§15.2-3104. Procedure when commissioners fail to agree

Published: 2015

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§ 15.2-3104. Procedure when commissioners fail to agree.

If the commissioners fail to agree upon the location of the line, they shall so report to the circuit courts for their respective localities, stating in their reports the points and grounds of disagreement and describing fully the conflicting lines. Either locality may file a petition in the circuit court for either locality to have a court, constituted as hereinafter provided, ascertain and establish the true boundary line in doubt or dispute. Such petition shall describe, with reasonable certainty, the location contended for and shall state the grounds of such contention. A plat, showing the location contended for, filed with the petition, may serve the purposes of such description. The petitioner shall make the other locality the party defendant, and the case shall be commenced by serving a copy of the petition upon the county attorney, if any, or the attorney for the Commonwealth of such county, the city attorney of such city or the town attorney of such town. No formal plea or answer to the petition shall be necessary, but the defendant shall state its grounds of defense in writing, describing, with the same degree of certainty required of the petitioner, the line as contended for by the defendant, and the locality shall be deemed to be at issue. The issue shall be the true location of the boundary line so in doubt or dispute.
The case shall be heard and decided by a court without a jury presided over by three judges as follows: the judge of the circuit court for the petitioning locality, the judge of the circuit court for the defendant locality, and a judge of some circuit court in this Commonwealth remote from the localities, to be designated by the Chief Justice. When the localities are within the same circuit, the Chief Justice shall designate a third judge from an adjoining circuit. The court shall hear the case upon the evidence introduced in the manner in which evidence is introduced in common-law cases and shall ascertain and establish the true boundary line by a majority decision, and shall give judgment accordingly. Costs shall be awarded as the court shall determine. The judgment of the court shall be recorded in the common-law order book and in the current deed book of the court and indexed in the names of the localities, and, unless reversed, shall forever settle, determine, designate and establish the true boundary line. A copy of any final judgment shall be certified to the Secretary of the Commonwealth. An appeal may be granted by the Supreme Court, or any justice thereof, to either party from the judgment of the court, and the cost of such appeal shall be awarded to the party substantially prevailing.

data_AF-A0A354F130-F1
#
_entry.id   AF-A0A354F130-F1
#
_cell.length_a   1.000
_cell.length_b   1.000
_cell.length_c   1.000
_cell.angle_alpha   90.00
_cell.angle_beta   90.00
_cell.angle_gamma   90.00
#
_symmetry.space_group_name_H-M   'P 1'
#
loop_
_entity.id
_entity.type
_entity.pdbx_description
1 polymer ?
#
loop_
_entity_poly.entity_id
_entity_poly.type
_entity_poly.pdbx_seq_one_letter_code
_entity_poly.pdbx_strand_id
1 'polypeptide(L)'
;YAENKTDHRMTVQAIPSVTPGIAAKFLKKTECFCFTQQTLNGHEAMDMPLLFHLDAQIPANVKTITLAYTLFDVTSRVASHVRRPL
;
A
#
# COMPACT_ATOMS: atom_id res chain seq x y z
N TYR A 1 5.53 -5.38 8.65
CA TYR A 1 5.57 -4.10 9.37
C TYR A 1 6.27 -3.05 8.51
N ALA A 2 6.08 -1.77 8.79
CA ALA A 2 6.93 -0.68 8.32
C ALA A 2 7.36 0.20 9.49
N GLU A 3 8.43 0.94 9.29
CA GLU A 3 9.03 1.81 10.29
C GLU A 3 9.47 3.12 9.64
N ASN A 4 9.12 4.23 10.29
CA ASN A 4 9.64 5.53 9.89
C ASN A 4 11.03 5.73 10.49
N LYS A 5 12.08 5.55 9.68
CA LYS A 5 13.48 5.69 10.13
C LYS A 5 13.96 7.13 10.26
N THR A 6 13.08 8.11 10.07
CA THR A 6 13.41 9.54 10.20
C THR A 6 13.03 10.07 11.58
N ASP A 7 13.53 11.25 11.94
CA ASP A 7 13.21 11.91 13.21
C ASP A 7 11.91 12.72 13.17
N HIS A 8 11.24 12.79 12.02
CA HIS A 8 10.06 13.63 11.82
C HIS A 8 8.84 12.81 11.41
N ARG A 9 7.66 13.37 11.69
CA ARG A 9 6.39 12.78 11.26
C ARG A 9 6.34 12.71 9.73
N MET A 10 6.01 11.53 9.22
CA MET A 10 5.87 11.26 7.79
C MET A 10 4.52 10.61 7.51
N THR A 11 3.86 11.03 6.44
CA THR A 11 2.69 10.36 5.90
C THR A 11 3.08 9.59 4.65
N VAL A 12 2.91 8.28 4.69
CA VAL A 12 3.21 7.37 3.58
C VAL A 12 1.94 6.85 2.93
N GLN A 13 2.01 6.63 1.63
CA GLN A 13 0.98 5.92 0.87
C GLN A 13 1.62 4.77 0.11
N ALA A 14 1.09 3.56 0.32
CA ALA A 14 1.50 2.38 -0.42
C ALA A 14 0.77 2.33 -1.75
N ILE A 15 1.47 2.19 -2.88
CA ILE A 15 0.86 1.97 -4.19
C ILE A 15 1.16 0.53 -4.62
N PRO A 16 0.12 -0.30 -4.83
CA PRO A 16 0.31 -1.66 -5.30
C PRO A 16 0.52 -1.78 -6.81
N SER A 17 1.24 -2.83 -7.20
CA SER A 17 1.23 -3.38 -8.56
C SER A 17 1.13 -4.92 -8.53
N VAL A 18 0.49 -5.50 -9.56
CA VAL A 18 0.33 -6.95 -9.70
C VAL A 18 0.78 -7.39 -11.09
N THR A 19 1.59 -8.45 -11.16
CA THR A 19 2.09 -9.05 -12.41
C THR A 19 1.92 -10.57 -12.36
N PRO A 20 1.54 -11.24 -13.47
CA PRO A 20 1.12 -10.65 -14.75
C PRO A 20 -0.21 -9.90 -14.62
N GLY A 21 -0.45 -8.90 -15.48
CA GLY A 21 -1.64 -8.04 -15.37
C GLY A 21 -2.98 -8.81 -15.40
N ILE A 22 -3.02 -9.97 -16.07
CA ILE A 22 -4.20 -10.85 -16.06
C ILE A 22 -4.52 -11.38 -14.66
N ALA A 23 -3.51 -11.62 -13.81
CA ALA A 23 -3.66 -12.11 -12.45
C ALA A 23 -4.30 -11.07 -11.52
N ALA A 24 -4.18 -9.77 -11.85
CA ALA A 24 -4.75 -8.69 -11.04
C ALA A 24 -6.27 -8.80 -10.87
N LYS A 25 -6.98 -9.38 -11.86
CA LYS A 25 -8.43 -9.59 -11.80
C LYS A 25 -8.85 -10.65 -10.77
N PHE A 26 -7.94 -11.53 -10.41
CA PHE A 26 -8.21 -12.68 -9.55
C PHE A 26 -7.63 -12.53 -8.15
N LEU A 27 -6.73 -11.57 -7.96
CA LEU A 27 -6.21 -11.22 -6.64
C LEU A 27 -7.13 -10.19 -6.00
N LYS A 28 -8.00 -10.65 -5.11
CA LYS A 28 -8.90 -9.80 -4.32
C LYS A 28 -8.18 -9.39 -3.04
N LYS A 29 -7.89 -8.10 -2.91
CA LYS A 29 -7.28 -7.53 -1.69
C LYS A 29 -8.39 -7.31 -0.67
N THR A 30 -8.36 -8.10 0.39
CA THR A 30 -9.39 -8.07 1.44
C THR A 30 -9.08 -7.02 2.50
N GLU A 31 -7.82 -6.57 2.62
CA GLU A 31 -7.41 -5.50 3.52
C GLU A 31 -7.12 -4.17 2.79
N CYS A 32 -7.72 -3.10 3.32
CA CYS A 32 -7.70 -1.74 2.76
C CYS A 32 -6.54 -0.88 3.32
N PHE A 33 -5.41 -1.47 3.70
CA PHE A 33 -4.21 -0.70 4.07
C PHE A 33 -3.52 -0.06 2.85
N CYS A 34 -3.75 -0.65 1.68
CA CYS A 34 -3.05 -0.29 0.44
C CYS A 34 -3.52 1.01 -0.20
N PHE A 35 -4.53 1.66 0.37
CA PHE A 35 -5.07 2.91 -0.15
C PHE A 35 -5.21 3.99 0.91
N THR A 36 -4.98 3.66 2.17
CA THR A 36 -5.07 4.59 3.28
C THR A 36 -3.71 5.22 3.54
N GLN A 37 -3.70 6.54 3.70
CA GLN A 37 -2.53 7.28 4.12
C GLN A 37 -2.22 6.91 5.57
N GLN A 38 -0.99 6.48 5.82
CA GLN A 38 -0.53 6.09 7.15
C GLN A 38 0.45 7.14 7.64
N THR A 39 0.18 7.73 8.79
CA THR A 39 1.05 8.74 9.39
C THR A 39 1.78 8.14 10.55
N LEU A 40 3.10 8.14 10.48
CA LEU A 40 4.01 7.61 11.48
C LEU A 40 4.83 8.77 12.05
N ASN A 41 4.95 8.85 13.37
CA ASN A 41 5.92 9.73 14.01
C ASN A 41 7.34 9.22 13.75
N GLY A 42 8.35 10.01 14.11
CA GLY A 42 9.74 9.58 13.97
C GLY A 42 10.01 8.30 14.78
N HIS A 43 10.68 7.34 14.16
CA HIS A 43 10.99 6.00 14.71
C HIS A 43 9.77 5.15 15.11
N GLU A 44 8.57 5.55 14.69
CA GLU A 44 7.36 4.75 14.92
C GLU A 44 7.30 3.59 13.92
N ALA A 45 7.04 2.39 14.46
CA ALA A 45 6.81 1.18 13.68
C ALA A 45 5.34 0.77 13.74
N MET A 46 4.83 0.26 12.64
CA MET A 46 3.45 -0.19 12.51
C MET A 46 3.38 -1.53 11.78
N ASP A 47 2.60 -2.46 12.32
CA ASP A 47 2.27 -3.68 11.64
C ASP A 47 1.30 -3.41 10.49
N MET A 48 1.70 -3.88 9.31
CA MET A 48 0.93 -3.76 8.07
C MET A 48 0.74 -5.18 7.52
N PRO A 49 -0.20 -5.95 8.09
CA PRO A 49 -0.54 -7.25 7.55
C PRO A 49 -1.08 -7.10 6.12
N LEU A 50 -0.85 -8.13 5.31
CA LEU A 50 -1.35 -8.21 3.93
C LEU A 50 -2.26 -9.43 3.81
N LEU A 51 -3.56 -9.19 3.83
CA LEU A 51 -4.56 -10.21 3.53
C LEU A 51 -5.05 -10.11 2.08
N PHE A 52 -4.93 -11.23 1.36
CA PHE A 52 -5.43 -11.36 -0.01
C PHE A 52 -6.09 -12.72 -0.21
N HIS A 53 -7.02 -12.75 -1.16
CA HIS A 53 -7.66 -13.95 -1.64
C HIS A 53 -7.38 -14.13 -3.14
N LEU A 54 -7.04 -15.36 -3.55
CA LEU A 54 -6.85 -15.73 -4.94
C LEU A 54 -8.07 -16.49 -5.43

Code 1950, § 15-42; 1954, c. 536; 1962, c. 623, § 15.1-1030; 1970, c. 751; 1973, c. 544; 1978, c. 642; 1979, c. 456; 1997, c. 587.